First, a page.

Benefits and achievements

  • Created a new, diverse, talent stream with skills that matched the needs of the business environment.
  • Built an underrepresented workforce demographic enthusiastic about developing an NHS career, through hiring new employees with disabilities that serve as a role models.
  • Increased local, regional, national and international recognition through high-profile marketing of programme and its outcomes.
  • Improved performance and retention in some high-turnover and hard-to-fill posts.

Judges’ comments

“A really commendable project in a challenging area where there is very low representation in the workforce and little understanding and knowledge of potential needs and abilities. The dedication, commitment and outcomes are evident.”


Civil Service Fast Stream

About the organisation

The Civil Service Fast Stream is a talent management programme for the country’s brightest graduates, who demonstrate the potential to become future leaders in the civil service. The scheme enables graduates to make a real impact on people’s lives in the UK and the wider world, working in uniquely varied areas such as education, the economy, foreign affairs, defence policy, health and environment.

The challenge

Recent data highlights that 77% of the richest 20% of the population are likely to apply and get in to university, compared with just 49% of the poorest 20%. As a result, the civil service’s 2014 Talent Action Plan stated: “We need to ensure that every talented, committed and hard-working person has the opportunity to rise to the top, whatever their background and whoever they are.”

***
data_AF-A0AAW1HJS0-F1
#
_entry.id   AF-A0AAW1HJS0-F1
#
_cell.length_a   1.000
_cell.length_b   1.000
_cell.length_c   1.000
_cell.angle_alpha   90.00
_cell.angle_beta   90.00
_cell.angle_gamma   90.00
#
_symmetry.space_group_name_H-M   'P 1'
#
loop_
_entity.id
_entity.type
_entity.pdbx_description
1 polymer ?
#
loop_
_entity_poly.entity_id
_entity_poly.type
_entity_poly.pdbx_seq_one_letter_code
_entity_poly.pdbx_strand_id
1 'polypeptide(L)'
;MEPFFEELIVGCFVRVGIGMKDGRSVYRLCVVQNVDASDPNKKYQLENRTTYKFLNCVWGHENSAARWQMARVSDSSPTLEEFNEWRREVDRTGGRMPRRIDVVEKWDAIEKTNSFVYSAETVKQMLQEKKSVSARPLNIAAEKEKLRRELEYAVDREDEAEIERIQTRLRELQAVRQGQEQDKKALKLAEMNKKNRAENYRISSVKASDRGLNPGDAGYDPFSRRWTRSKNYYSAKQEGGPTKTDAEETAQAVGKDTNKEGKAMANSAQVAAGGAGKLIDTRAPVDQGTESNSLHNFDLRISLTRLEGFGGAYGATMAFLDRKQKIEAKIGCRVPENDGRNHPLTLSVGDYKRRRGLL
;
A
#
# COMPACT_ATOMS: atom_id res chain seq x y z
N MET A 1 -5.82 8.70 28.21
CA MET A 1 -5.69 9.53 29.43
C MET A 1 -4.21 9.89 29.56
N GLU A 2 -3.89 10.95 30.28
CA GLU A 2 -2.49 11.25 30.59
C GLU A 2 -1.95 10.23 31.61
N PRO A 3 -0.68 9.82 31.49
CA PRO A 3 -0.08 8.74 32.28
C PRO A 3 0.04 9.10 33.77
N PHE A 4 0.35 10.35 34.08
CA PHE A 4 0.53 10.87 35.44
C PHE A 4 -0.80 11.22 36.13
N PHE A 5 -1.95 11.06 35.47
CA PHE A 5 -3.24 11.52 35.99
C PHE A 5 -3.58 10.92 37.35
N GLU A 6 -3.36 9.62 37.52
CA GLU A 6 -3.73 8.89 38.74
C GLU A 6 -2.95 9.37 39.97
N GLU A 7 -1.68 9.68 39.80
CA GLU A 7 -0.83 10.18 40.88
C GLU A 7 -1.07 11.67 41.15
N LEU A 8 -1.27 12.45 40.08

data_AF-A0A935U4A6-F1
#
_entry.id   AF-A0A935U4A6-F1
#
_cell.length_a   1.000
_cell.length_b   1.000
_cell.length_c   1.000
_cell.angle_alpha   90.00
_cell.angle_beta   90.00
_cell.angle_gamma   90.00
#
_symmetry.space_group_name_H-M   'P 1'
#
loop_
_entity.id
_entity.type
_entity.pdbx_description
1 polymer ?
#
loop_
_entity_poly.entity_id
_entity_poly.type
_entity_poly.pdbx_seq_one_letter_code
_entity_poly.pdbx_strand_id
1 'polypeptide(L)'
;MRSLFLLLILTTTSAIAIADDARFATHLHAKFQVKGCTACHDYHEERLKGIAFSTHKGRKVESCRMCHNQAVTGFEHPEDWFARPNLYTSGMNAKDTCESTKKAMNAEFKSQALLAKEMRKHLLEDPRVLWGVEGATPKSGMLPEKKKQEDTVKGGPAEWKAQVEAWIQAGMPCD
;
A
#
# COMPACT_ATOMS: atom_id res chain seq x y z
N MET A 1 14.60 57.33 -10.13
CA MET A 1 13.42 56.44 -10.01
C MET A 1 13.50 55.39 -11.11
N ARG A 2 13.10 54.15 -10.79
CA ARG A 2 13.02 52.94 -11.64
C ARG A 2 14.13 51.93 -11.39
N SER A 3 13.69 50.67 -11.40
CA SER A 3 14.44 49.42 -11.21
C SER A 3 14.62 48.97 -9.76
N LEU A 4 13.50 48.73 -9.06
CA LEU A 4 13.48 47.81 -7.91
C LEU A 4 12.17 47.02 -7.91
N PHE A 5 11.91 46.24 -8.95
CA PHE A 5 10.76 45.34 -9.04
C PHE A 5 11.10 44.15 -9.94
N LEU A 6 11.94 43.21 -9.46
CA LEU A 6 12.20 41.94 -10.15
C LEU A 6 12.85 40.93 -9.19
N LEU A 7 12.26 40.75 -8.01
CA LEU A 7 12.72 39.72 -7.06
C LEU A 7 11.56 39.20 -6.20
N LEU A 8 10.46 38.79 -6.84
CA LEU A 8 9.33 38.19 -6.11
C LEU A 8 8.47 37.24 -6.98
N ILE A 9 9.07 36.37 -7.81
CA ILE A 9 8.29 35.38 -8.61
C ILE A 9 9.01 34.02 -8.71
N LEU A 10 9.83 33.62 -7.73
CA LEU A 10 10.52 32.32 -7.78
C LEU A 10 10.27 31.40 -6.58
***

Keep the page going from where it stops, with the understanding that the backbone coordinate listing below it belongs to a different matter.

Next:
What the organisation did

  • Created a new integrated social mobility approach that seeks to shift the horizons of those from less privileged circumstances.
  • Introduced a new, comprehensive approach to measuring applicants’ socio-economic status and success-rate metrics.
  • Led the Summer Diversity Internship Programme for final-year undergraduates from lower socio-economic and other diverse backgrounds.
  • Complemented in 2015 by a new spring Early Diversity Internship Programme, for first-year students from socially diverse backgrounds, offering a rich mix of shadowing, workshops, skills development and high-profile speakers.
  • Made a major government apprenticeship scheme available to individuals from lower socio-economic backgrounds, who choose not to pursue a university education, but who may still aspire to working in the Fast Stream.
  • Offered a bespoke positive action coaching programme, supporting selection skills and leveraging better self-confidence, incorporating group and intensive one-to-one sessions.
  • Promoted the issue of social mobility at campus events.